— The German Classics of The Nineteenth and Twentieth Centuries, Vol. IX - Friedrich Hebbel and Otto Ludwig • Various

... consequences foreseen by Mayer. He showed, for example, that Arcturus and Vega did, in fact, appear to recede from, and Sirius and Aldebaran to approach, each other by very minute amounts; and, with a striking effort of divinatory genius, placed the "apex," or point of direction of the sun's motion, close to the star Lambda in the constellation Hercules,[19] within a few degrees of the spot indicated by later and indefinitely more refined methods of research. He resumed the subject in 1805,[20] but though ...
— A Popular History of Astronomy During the Nineteenth Century - Fourth Edition • Agnes M. (Agnes Mary) Clerke

... the wonderful refractor of light to the Empress Catherine who complimented Orloff by naming it after him. This magnificent stone, which weighs one hundred and ninety-five carats, now forms the apex ...
— Threads of Grey and Gold • Myrtle Reed

... struggle if the narrative loses itself in the different threads of the various corps engaged. For all were fighting at the same time, and the only generalizations possible are that the straggle tended to concentrate from both wings towards the apex at Ypres and to culminate in the combat of the ...
— A Short History of the Great War • A.F. Pollard

... unite them into a single object. The notes are very decisive in this regard. A few of them may be cited: "The angles tended to join points." "The figures showed a tendency to move in the direction of the apex." "The angles (2a) united to form a cross." "When both figures (4b) were in mind I felt disagreeable strains in the eyeballs; one figure led me to the right and the other to the left." The effect of ...
— Harvard Psychological Studies, Volume 1 • Various

... history of these times, no one chapter would deserve so ample an investigation as this subtile web of association, rising upon a large base, expanding in proportion to the extent of the particular county, and by intermediate links ascending to some unknown apex; all so graduated, and in such nice interdependency, as to secure the instantaneous propagation upwards and downwards, laterally or obliquely, of any impulse whatever; and yet so effectually shrouded, that nobody knew more than the two or three individual agents in immediate juxtaposition ...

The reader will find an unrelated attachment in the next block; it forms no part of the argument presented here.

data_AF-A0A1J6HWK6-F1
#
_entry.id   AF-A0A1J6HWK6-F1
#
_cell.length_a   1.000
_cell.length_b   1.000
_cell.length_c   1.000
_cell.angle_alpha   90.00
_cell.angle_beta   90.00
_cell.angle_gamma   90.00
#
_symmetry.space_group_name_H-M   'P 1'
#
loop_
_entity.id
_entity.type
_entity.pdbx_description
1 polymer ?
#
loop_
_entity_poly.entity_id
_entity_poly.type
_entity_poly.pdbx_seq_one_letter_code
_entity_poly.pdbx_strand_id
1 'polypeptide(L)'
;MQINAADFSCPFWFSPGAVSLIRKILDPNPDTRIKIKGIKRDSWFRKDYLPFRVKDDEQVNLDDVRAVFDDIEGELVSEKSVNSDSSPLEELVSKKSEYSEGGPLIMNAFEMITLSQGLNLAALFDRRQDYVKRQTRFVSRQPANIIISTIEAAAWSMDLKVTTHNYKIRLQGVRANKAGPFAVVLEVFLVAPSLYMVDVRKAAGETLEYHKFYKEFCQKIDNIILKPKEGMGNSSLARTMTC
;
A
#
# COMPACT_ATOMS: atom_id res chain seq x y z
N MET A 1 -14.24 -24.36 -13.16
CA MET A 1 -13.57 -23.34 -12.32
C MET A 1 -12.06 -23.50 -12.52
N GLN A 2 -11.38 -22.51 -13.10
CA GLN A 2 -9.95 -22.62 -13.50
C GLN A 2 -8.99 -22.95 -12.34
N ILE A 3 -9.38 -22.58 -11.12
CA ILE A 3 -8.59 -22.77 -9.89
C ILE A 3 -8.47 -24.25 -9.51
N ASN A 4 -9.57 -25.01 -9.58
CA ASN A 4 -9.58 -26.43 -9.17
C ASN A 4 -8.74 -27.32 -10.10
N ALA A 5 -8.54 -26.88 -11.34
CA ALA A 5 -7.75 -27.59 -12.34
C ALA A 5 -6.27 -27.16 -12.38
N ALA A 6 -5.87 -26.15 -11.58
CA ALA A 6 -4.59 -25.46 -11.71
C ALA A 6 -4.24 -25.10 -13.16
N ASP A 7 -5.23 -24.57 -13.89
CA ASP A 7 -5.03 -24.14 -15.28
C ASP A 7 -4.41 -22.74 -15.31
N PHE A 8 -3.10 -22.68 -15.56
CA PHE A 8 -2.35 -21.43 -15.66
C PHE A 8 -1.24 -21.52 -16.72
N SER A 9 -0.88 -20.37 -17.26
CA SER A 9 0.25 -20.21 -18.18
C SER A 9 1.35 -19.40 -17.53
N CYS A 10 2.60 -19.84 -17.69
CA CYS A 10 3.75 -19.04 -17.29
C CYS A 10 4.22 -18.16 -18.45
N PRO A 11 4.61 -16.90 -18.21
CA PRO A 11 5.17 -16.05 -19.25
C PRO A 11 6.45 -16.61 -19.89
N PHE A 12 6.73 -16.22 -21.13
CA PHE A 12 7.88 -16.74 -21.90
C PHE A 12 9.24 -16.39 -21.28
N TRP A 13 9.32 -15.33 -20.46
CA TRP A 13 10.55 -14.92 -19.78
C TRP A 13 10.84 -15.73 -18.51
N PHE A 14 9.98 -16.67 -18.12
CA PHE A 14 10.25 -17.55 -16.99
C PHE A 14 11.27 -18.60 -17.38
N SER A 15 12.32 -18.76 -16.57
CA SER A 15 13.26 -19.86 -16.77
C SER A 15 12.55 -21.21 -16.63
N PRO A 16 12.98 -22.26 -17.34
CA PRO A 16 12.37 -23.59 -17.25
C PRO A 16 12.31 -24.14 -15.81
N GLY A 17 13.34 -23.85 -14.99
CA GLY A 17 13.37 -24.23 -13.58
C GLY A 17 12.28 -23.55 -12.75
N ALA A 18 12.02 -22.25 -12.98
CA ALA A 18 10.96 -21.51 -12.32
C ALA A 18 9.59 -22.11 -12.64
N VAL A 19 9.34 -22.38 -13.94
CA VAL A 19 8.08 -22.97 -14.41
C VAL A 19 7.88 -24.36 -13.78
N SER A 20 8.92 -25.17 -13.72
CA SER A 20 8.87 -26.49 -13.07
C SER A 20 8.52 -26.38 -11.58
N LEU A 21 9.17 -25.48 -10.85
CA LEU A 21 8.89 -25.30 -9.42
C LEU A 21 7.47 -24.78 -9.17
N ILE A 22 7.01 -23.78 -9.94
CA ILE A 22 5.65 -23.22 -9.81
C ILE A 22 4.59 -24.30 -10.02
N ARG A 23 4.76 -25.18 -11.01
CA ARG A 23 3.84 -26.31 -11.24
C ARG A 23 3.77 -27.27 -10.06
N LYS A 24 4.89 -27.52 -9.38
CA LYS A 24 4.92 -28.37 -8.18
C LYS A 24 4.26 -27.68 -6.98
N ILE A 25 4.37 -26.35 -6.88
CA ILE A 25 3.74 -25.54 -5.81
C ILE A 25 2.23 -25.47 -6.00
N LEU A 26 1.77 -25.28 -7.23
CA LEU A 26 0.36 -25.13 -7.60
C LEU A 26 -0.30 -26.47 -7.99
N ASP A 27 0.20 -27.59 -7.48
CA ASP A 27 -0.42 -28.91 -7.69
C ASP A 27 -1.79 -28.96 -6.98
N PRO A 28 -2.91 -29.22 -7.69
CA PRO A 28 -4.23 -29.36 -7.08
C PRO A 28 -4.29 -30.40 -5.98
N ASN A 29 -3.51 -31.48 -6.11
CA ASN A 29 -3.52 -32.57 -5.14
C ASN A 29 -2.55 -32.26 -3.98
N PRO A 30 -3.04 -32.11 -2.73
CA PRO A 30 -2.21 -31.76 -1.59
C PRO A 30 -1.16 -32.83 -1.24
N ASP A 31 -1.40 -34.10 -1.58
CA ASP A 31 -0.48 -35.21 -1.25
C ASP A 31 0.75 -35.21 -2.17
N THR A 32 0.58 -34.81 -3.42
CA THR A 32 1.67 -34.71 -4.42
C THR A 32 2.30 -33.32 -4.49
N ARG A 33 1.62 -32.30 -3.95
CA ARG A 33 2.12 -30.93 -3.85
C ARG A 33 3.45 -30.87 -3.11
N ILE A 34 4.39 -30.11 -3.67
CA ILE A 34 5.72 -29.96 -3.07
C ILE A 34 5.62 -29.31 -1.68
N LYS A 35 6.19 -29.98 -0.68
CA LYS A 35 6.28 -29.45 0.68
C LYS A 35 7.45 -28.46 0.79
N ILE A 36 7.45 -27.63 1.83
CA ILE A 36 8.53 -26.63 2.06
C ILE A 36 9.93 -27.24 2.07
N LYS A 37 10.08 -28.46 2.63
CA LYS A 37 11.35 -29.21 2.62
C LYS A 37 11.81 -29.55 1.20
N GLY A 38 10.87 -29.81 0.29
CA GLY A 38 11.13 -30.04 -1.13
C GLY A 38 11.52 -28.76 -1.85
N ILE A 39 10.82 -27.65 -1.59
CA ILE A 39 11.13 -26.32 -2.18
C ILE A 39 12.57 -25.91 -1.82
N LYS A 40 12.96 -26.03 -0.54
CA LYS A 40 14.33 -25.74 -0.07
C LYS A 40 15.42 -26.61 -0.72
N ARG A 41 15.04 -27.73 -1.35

— Autobiographic Sketches • Thomas de Quincey

... to at Grave Creek Fleets, and all went up to see the Great Mound, the apex of which had a depression, with a large tree growing in it having the names and dates of visit of several persons carved on its trunk. One of the dates was, I think, as early as 1730. We also stopped at Gallipolis—the site of a French ...
— Personal Memoirs Of A Residence Of Thirty Years With The Indian Tribes On The American Frontiers • Henry Rowe Schoolcraft

... apex of the Delta, the Lybian range expands and forms a vast and slightly undulating table-land, which runs parallel to the Nile for nearly thirty leagues. The Great Sphinx Harmakhis has mounted guard over its northern extremity ever since the time ...
— History Of Egypt, Chaldaea, Syria, Babylonia, and Assyria, Volume 2 (of 12) • G. Maspero

... at the base is nine hundred feet, and its height seventy feet. In 1838 the location was owned by Mr. Tomlinson, who penetrated to the centre of the mound by excavating a passage on a level with the foundation of the structure. He then sank a shaft from the apex to intercept the ground passage. Mr. ...
— Four Months in a Sneak-Box • Nathaniel H. Bishop

... make individual lives without a possible will of theirs. He must be our Father, or we are wretched creatures—the slaves of a fatal necessity! Did it ever strike you, Turner, that each one of us stands on the apex of the world? With a sphere, you know, it must be so. And thus is typified, as it seems to me, that each one of us must look up for himself to find God, and then look abroad to ...
— The Seaboard Parish Vol. 2 • George MacDonald

... brilliantly painted in the portions that bore the arms of the family over whose vault it stood, but now all bare and worn, itself gently flowing away into the dust it commemorated. It lifted its gablet, carved to look like a canopy, till its apex was on a level with the book-board on the front of the organ-loft; and over—in fact upon this apex appeared the face of the man whom I have mentioned. It was a very remarkable countenance—pale, and very thin, without any hair, except that of thick eyebrows that far over-hung ...